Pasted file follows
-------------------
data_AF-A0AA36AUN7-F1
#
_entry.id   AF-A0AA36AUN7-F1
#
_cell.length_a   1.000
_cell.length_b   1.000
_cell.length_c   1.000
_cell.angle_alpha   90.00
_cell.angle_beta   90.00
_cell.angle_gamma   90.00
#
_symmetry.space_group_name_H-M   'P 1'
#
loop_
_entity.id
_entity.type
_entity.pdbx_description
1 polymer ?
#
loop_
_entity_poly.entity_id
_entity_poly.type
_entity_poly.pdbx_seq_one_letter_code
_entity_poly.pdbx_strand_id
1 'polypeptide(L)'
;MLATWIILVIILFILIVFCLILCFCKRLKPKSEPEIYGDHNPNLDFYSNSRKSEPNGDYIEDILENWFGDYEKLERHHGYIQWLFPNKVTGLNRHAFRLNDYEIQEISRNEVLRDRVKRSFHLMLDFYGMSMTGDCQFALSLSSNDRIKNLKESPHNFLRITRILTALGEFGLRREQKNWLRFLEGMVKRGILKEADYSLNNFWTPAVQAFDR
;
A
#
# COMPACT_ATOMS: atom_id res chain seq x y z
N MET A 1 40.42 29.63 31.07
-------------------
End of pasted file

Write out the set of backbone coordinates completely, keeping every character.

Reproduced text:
data_AF-A0AA36AUN7-F1
#
_entry.id   AF-A0AA36AUN7-F1
#
_cell.length_a   1.000
_cell.length_b   1.000
_cell.length_c   1.000
_cell.angle_alpha   90.00
_cell.angle_beta   90.00
_cell.angle_gamma   90.00
#
_symmetry.space_group_name_H-M   'P 1'
#
loop_
_entity.id
_entity.type
_entity.pdbx_description
1 polymer ?
#
loop_
_entity_poly.entity_id
_entity_poly.type
_entity_poly.pdbx_seq_one_letter_code
_entity_poly.pdbx_strand_id
1 'polypeptide(L)'
;MLATWIILVIILFILIVFCLILCFCKRLKPKSEPEIYGDHNPNLDFYSNSRKSEPNGDYIEDILENWFGDYEKLERHHGYIQWLFPNKVTGLNRHAFRLNDYEIQEISRNEVLRDRVKRSFHLMLDFYGMSMTGDCQFALSLSSNDRIKNLKESPHNFLRITRILTALGEFGLRREQKNWLRFLEGMVKRGILKEADYSLNNFWTPAVQAFDR
;
A
#
# COMPACT_ATOMS: atom_id res chain seq x y z
N MET A 1 40.42 29.63 31.07